Mutual Wills

Whilst everyone should have a legal will, not all wills are the same. The growing complexities of today’s society, taxation laws and the expansion of superannuation mean that having a simple will alone may not ensure that your assets are passed on to your intended beneficiaries. We can assist you with all of your estate planning requirements from simple wills to complex trusts and can also help to prepare powers of attorney and enduring powers of guardianship to ensure that you are protected if you lose the ability to make decisions about your financial affairs or medical and lifestyle treatment. We can also help you to administer a deceased estate including obtaining a grant of probate or letters of administration.

What are Mutual Wills?

A Mutual Will is where two people make ‘mirror Wills’ and enter into a binding agreement which contains restrictions on either of them changing those Wills.

What is the effect of having a Mutual Will?

Typically the effect of such agreement will often be that the Willmakers will not be able to revoke or change their Wills without the consent of the other Willmaker or (after the first spouse’s death) the executors of the deceased spouse’s Will.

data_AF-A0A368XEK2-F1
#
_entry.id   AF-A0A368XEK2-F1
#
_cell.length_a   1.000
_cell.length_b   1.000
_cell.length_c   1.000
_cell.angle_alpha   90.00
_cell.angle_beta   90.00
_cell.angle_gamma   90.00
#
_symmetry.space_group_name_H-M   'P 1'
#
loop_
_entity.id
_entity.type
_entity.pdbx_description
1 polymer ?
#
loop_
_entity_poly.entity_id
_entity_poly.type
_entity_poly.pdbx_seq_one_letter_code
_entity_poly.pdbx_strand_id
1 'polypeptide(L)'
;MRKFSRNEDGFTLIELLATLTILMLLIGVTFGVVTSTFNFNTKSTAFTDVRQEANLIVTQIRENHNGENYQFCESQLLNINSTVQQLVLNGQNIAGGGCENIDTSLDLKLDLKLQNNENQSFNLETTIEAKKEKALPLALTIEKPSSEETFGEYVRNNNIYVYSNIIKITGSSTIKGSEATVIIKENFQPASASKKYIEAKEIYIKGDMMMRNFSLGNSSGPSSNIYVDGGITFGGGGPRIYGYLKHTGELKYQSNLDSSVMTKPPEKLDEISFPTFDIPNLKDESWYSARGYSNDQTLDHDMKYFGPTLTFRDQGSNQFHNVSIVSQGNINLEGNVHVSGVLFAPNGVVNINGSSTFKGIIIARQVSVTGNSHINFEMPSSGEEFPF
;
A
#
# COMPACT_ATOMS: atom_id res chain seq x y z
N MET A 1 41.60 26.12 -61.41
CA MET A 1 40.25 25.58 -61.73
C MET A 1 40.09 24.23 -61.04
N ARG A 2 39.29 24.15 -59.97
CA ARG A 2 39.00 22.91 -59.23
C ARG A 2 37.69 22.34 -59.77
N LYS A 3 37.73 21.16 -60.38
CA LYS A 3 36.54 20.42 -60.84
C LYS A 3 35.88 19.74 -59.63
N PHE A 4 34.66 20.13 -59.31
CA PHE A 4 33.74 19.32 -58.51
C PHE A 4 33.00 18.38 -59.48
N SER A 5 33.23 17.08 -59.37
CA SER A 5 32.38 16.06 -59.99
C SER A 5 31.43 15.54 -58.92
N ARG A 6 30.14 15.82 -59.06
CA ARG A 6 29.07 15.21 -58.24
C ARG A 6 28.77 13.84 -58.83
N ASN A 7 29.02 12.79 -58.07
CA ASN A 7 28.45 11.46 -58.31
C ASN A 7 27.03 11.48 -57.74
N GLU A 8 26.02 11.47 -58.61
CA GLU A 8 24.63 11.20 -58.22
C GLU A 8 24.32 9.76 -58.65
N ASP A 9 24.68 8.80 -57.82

When might they be useful?

Mutual Wills afford greater certainty to Willmakers that the wishes of the spouse who dies first will be honoured on the death of the surviving spouse.

The main advantage is that they protect the interests of your intended beneficiaries and ensure your estate is distributed in accordance with your agreed intentions.

Mutual Wills are often used in second or third marriages where there are children from their previous relationships.

Proceed with caution

Whilst they sound good in theory, Mutual Wills can impose limitations and can be inflexible. Other options might be more desirable depending on your specific circumstances.

Are there any other options available?

If you would like to know more about Mutual Wills contact Donlan Lawyers to assist you.